left us pondering yet another “what if?”
And so, the long, dark winter continues for the NBA
The monotony of the season will be broken up by Sunday night’s
All-Star game, but even that received blowback from some of the
league’s top players -- at first they weren’t going to have one,
and then the plan was changed. That brought forth criticism from
LeBron James himself, the face of the league. But Silver took it in
“It would be incredibly hypocritical of me to say to LeBron
[James] that you should speak out on issues that are important to
you, but not ones when you’re critical of the league," Silver
“We’re all part of a community. I respect him and his point of
view. Also, at the same time, I appreciate his professionalism. If
you had a chance to see him -- as captain and general manager of
his team -- proceed with the draft, he did it in good humor. He
took it very seriously. My sense is he’s going to be here, as he
always is, as a top-notch professional and engaged in the
At the end of the day, it will be a blessing to have something
to deflect our collective attention.
One thing we tend to forget about All-Star games is that they
actually often get interesting by the time the fourth quarter rolls
around, as long as the game is competitive. And that is something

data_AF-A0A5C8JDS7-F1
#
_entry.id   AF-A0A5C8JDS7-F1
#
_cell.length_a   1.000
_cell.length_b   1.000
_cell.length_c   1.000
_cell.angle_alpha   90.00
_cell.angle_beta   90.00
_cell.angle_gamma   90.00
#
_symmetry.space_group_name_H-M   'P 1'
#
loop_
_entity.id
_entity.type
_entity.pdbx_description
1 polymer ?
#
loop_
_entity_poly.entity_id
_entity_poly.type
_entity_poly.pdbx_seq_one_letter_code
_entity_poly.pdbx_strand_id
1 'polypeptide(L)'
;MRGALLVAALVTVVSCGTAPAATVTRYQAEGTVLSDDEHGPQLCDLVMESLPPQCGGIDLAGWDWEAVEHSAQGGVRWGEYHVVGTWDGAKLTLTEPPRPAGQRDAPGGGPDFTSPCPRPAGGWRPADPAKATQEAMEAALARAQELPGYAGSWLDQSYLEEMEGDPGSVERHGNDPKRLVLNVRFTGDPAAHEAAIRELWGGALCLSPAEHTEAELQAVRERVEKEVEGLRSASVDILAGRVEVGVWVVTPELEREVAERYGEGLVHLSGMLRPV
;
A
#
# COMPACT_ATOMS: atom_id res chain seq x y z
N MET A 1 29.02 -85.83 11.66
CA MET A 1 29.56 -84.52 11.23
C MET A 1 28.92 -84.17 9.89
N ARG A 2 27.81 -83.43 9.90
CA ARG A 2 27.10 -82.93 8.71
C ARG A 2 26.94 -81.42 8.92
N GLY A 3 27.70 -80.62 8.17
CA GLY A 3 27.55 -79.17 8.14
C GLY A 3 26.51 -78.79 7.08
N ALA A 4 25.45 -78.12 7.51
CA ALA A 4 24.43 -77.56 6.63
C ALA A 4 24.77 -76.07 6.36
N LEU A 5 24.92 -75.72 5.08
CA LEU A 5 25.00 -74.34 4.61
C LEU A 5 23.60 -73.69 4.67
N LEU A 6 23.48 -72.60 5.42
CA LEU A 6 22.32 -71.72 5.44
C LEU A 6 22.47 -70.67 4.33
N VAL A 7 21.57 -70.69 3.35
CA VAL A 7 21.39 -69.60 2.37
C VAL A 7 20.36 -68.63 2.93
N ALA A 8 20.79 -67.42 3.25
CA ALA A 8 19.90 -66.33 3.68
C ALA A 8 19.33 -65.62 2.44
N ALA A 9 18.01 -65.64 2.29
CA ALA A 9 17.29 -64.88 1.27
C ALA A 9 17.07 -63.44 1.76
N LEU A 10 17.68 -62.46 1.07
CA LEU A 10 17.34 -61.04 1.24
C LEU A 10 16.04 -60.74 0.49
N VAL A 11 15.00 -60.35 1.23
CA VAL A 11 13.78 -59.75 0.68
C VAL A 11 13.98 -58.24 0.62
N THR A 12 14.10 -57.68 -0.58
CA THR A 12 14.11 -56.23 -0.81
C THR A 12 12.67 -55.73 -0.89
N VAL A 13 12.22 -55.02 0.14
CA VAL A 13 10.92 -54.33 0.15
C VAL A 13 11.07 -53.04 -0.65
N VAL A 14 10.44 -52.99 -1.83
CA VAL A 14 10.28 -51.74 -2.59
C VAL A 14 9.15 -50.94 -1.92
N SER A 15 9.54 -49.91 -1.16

that will be refreshing to see, because mid-winter regular-season
NBA games without enough “it” teams to focus on can seem pretty
run-of-the-mill. The All-Star break is typically a reset that
prepares everyone for the good stuff that lies ahead, and we’re
eventually going to get that the same way we got great basketball
from the bubble last summer when every single game was
This will be LeBron James’ 17th All-Star game, and he has
started each and every one of them. Zion Williamson, 20, will
become the fourth-youngest All-Star ever behind Kobe Bryant, James
and Magic Johnson, respectively. This will be the 70th edition of
the game, which is a kick in the head to those of us who covered
the NBA’s 50th All-Star game in Cleveland 20 years ago. Back then,
49 of the 50 players who were honored as the greatest in league
history in 1996 attended, with the deceased Pete Maravich being the
only one missing.
The best we can hope for, especially in this particular season
of the quick whistle, is a tight game that inspires players on both
teams to play some defense -- a lost art due to rule changes that
have made the sport too offensively oriented. Anyone who has
watched more than a smidgen of games this season has noticed the
preponderance of ticky-tack fouls and quick-tempered officials
whistling too many technicals, something Silver attributed to being
a side-consequence of the work quarantine protocols that everyone
in the community is following.
Silver even used the term “shorter fuses.”
“In terms of the data, which we obviously look very closely at,
there’s nothing aberrational happening, whether in terms of